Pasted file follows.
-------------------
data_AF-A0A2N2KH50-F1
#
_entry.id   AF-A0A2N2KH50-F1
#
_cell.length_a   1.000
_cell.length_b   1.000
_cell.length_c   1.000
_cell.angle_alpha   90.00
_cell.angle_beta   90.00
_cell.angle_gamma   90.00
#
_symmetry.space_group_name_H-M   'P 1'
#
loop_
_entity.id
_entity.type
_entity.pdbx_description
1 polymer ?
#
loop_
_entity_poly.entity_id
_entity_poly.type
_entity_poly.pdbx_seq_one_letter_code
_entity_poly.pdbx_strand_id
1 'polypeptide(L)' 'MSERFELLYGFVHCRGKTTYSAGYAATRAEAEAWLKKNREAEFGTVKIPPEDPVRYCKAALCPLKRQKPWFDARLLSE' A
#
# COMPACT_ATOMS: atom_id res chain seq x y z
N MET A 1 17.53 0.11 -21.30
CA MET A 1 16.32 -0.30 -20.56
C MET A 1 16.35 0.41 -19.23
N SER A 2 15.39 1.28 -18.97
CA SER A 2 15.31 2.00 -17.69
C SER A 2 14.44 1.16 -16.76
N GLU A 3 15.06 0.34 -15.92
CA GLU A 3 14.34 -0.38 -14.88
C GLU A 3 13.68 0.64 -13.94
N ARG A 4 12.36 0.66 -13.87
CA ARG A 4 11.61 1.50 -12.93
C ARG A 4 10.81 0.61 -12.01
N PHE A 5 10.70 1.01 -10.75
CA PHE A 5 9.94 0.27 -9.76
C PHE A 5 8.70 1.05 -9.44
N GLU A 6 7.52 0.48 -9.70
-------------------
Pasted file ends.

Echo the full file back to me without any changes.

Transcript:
data_AF-A0A2N2KH50-F1
#
_entry.id   AF-A0A2N2KH50-F1
#
_cell.length_a   1.000
_cell.length_b   1.000
_cell.length_c   1.000
_cell.angle_alpha   90.00
_cell.angle_beta   90.00
_cell.angle_gamma   90.00
#
_symmetry.space_group_name_H-M   'P 1'
#
loop_
_entity.id
_entity.type
_entity.pdbx_description
1 polymer ?
#
loop_
_entity_poly.entity_id
_entity_poly.type
_entity_poly.pdbx_seq_one_letter_code
_entity_poly.pdbx_strand_id
1 'polypeptide(L)' 'MSERFELLYGFVHCRGKTTYSAGYAATRAEAEAWLKKNREAEFGTVKIPPEDPVRYCKAALCPLKRQKPWFDARLLSE' A
#
# COMPACT_ATOMS: atom_id res chain seq x y z
N MET A 1 17.53 0.11 -21.30
CA MET A 1 16.32 -0.30 -20.56
C MET A 1 16.35 0.41 -19.23
N SER A 2 15.39 1.28 -18.97
CA SER A 2 15.31 2.00 -17.69
C SER A 2 14.44 1.16 -16.76
N GLU A 3 15.06 0.34 -15.92
CA GLU A 3 14.34 -0.38 -14.88
C GLU A 3 13.68 0.64 -13.94
N ARG A 4 12.36 0.66 -13.87
CA ARG A 4 11.61 1.50 -12.93
C ARG A 4 10.81 0.61 -12.01
N PHE A 5 10.70 1.01 -10.75
CA PHE A 5 9.94 0.27 -9.76
C PHE A 5 8.70 1.05 -9.44
N GLU A 6 7.52 0.48 -9.70